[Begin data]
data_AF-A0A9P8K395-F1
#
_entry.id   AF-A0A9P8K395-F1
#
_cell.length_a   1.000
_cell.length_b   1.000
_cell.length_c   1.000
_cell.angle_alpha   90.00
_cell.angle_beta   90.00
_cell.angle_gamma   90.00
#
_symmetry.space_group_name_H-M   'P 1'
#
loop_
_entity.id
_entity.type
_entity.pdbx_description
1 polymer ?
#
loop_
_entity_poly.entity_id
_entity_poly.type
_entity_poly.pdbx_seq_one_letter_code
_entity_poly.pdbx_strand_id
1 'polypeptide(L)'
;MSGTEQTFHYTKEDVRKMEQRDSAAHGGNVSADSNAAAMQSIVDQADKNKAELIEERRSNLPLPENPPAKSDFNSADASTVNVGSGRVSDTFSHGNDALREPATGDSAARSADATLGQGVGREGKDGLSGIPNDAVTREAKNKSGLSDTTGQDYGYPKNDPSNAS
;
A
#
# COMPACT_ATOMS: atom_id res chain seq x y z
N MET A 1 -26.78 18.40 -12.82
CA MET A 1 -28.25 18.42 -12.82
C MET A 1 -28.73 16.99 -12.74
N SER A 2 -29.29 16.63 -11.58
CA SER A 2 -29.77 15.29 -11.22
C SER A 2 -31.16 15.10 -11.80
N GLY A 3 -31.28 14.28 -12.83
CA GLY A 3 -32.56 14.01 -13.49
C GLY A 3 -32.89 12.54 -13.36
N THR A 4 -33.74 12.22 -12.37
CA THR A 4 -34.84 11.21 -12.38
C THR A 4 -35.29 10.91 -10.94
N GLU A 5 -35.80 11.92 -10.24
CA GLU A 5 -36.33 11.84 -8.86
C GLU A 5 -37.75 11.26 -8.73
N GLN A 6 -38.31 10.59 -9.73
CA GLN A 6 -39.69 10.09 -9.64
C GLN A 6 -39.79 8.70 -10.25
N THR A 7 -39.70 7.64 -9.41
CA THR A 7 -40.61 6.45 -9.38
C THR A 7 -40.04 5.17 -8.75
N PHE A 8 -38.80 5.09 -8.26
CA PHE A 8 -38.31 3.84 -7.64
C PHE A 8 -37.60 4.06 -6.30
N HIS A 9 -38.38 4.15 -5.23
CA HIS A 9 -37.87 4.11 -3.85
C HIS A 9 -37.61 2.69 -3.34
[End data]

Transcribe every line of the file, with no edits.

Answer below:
data_AF-A0A9P8K395-F1
#
_entry.id   AF-A0A9P8K395-F1
#
_cell.length_a   1.000
_cell.length_b   1.000
_cell.length_c   1.000
_cell.angle_alpha   90.00
_cell.angle_beta   90.00
_cell.angle_gamma   90.00
#
_symmetry.space_group_name_H-M   'P 1'
#
loop_
_entity.id
_entity.type
_entity.pdbx_description
1 polymer ?
#
loop_
_entity_poly.entity_id
_entity_poly.type
_entity_poly.pdbx_seq_one_letter_code
_entity_poly.pdbx_strand_id
1 'polypeptide(L)'
;MSGTEQTFHYTKEDVRKMEQRDSAAHGGNVSADSNAAAMQSIVDQADKNKAELIEERRSNLPLPENPPAKSDFNSADASTVNVGSGRVSDTFSHGNDALREPATGDSAARSADATLGQGVGREGKDGLSGIPNDAVTREAKNKSGLSDTTGQDYGYPKNDPSNAS
;
A
#
# COMPACT_ATOMS: atom_id res chain seq x y z
N MET A 1 -26.78 18.40 -12.82
CA MET A 1 -28.25 18.42 -12.82
C MET A 1 -28.73 16.99 -12.74
N SER A 2 -29.29 16.63 -11.58
CA SER A 2 -29.77 15.29 -11.22
C SER A 2 -31.16 15.10 -11.80
N GLY A 3 -31.28 14.28 -12.83
CA GLY A 3 -32.56 14.01 -13.49
C GLY A 3 -32.89 12.54 -13.36
N THR A 4 -33.74 12.22 -12.37
CA THR A 4 -34.84 11.21 -12.38
C THR A 4 -35.29 10.91 -10.94
N GLU A 5 -35.80 11.92 -10.24
CA GLU A 5 -36.33 11.84 -8.86
C GLU A 5 -37.75 11.26 -8.73
N GLN A 6 -38.31 10.59 -9.73
CA GLN A 6 -39.69 10.09 -9.64
C GLN A 6 -39.79 8.70 -10.25
N THR A 7 -39.70 7.64 -9.41
CA THR A 7 -40.61 6.45 -9.38
C THR A 7 -40.04 5.17 -8.75
N PHE A 8 -38.80 5.09 -8.26
CA PHE A 8 -38.31 3.84 -7.64
C PHE A 8 -37.60 4.06 -6.30
N HIS A 9 -38.38 4.15 -5.23
CA HIS A 9 -37.87 4.11 -3.85
C HIS A 9 -37.61 2.69 -3.34